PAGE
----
Last week, the European Council gave a clear sign that the EU is back in the Sixties. The heads of state are not willing to go further in sharing sovereignty and concede more power to the European institutions.
Europe as it currently functions is not a Europe shaped with regard to the challenges ahead. It is clear that, in the 5th year of the crisis, Europe has given up to further integration. The crisis is much more than a financial and economic one. Europe faces the crucial question of the existence of the union itself. Is Europe really developing towards a more federal, and hence social, Europe or is the crisis slowly swallowing the federal dream?
The crisis shows ever more clearly that there are huge differences and divergences among the member states. Some are perhaps ready to do more together in order to prevent the worst but most of the member states are not showing any enthusiasm to go further. It seems that the times of a closer and deeper union are over – at least in the mind of the majority of the heads of state. A new unambitious and negative mood has become more dominant and the overall feeling is that the foundations of the Union are very shaky, so heads of state feel they should be careful in proposing more Europe or deeper integration.
It is alarming that this is in total contrast to the preamble of the Lisbon Treaty, which stipulates the goal of a closer union amongst the European nations.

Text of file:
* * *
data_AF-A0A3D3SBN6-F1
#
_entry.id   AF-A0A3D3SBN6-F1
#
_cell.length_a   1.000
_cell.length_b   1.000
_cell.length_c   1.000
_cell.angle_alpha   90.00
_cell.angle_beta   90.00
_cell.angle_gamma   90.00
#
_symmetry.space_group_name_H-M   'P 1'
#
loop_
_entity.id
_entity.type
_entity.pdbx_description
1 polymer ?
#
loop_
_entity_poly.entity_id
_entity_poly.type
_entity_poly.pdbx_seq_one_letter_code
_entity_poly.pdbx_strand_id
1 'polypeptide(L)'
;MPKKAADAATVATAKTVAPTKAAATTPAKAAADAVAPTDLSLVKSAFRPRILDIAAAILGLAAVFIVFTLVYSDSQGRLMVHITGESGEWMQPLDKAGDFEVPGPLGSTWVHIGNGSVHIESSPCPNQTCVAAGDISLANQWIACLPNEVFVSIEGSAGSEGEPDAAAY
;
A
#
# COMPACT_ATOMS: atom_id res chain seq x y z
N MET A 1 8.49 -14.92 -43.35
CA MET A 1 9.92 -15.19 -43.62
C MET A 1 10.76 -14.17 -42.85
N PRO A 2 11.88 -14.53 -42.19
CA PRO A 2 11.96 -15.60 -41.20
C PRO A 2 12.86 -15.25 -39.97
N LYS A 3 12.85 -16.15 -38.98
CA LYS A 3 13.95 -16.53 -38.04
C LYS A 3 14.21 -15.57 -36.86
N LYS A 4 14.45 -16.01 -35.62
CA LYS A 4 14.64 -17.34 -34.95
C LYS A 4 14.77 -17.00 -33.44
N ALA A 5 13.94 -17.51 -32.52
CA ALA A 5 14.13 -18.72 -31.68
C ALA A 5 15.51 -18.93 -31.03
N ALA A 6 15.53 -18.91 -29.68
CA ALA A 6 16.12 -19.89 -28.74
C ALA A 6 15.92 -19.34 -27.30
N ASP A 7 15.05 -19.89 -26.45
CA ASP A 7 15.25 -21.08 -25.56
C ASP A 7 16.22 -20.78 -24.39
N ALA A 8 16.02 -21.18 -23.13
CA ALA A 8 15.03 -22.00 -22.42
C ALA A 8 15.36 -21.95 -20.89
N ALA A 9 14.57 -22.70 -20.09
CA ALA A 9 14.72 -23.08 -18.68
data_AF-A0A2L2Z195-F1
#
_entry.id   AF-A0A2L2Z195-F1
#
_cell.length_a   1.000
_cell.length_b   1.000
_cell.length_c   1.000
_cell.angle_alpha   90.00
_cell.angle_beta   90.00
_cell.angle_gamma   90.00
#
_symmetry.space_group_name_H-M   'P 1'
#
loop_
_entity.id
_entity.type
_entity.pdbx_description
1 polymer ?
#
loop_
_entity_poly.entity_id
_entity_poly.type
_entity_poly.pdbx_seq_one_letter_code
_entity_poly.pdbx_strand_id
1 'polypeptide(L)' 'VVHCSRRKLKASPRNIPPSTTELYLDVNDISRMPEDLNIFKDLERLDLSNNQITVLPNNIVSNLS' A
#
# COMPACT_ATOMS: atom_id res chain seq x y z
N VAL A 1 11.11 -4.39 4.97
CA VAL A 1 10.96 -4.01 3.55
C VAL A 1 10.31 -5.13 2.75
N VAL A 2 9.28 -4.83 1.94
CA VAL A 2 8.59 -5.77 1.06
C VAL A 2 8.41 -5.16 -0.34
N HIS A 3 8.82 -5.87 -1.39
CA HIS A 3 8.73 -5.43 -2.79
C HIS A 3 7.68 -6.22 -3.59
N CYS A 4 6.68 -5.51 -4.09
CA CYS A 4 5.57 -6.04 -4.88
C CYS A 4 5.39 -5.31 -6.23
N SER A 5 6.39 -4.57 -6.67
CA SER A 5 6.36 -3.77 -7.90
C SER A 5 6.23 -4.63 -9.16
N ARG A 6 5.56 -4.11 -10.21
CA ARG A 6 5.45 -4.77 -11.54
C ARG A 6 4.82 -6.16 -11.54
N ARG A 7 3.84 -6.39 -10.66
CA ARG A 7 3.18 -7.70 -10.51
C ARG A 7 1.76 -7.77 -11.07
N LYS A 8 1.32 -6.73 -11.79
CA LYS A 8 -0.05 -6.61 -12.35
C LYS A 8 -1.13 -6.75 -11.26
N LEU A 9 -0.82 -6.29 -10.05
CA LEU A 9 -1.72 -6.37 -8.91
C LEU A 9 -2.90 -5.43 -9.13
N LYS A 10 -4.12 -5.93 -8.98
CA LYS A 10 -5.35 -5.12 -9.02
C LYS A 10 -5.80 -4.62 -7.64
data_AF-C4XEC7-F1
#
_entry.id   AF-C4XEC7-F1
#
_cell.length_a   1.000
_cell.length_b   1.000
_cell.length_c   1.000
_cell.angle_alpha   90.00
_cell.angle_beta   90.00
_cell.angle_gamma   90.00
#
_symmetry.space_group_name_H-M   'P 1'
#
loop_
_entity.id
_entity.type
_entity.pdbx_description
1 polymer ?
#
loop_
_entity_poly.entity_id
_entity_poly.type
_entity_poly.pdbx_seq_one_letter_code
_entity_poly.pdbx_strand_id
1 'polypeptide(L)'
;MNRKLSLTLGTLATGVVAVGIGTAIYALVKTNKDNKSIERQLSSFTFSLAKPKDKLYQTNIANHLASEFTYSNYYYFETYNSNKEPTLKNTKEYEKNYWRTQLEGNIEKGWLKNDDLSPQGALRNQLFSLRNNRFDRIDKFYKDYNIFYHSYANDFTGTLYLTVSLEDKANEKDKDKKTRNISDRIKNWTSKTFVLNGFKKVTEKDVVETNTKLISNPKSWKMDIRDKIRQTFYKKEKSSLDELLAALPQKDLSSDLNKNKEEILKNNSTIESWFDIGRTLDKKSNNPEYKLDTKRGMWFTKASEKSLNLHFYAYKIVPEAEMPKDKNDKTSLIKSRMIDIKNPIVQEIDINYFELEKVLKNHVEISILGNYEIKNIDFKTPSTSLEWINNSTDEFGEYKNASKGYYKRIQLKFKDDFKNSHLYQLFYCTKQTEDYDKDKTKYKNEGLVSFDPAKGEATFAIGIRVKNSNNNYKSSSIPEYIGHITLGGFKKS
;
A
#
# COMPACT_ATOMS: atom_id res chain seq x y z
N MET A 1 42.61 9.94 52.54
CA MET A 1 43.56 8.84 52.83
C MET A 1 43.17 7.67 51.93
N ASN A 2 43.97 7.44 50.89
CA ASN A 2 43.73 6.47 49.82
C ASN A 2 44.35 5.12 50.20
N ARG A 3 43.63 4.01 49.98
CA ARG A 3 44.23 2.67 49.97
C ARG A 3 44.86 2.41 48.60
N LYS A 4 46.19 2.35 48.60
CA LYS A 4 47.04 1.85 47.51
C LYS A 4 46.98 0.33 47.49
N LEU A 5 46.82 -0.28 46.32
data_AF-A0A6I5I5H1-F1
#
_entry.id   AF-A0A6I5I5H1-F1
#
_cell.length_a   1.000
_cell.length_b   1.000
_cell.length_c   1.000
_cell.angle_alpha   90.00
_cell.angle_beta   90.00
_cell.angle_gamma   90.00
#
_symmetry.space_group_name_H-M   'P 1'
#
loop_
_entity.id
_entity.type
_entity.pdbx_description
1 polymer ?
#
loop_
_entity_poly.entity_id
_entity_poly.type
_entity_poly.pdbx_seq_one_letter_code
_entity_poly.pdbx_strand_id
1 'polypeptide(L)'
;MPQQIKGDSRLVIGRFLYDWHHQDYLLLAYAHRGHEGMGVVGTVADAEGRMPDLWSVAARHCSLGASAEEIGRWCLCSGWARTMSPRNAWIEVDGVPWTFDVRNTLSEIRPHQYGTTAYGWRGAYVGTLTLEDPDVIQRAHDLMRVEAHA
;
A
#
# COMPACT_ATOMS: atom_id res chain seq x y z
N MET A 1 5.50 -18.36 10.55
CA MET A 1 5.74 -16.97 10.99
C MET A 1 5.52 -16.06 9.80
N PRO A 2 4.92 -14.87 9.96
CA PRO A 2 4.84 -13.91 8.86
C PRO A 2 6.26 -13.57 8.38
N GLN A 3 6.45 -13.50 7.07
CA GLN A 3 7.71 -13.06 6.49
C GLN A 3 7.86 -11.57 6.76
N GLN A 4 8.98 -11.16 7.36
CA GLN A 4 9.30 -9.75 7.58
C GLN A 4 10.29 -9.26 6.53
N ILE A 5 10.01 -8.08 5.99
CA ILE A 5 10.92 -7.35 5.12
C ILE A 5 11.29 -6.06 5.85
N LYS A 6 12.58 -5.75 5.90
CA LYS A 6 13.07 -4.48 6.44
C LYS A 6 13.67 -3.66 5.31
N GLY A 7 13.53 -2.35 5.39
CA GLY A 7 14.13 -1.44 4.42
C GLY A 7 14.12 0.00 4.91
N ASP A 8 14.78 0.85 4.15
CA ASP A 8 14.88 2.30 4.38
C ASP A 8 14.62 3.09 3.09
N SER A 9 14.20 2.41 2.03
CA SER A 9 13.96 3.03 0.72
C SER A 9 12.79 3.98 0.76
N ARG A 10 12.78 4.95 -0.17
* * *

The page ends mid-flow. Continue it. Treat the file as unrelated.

Even if the crisis highlighted the weaknesses in Europe’s political system, and particularly the lack of cohesion between the EU member states, it should not paralyse Europe. Nor should it encourage centrifugal tendencies with the clear risk of a standstill in the functioning of the European integration process. Such a shift is very dangerous and could very quickly raise the threat of new nationalist movements.
For sure, Europe is still grounded in the strong nation state. But national governments and European institutions have to act together and Brussels cannot only be a coordination mechanism. This is too weak and this is clearly a throwback to the 1960s when Europe was little more than an intergovernmental economic community.
If the European Union is only about coordination, the crisis and the austerity policies will definitely lead to greater disaffection from the existing EU institutions, which epitomise the progress made since 1958. Overcoming the crisis and mapping a clear path to recovery requires closer and more federal governance in economic, social and political terms together with greater participation of the citizens.Ernst Stetter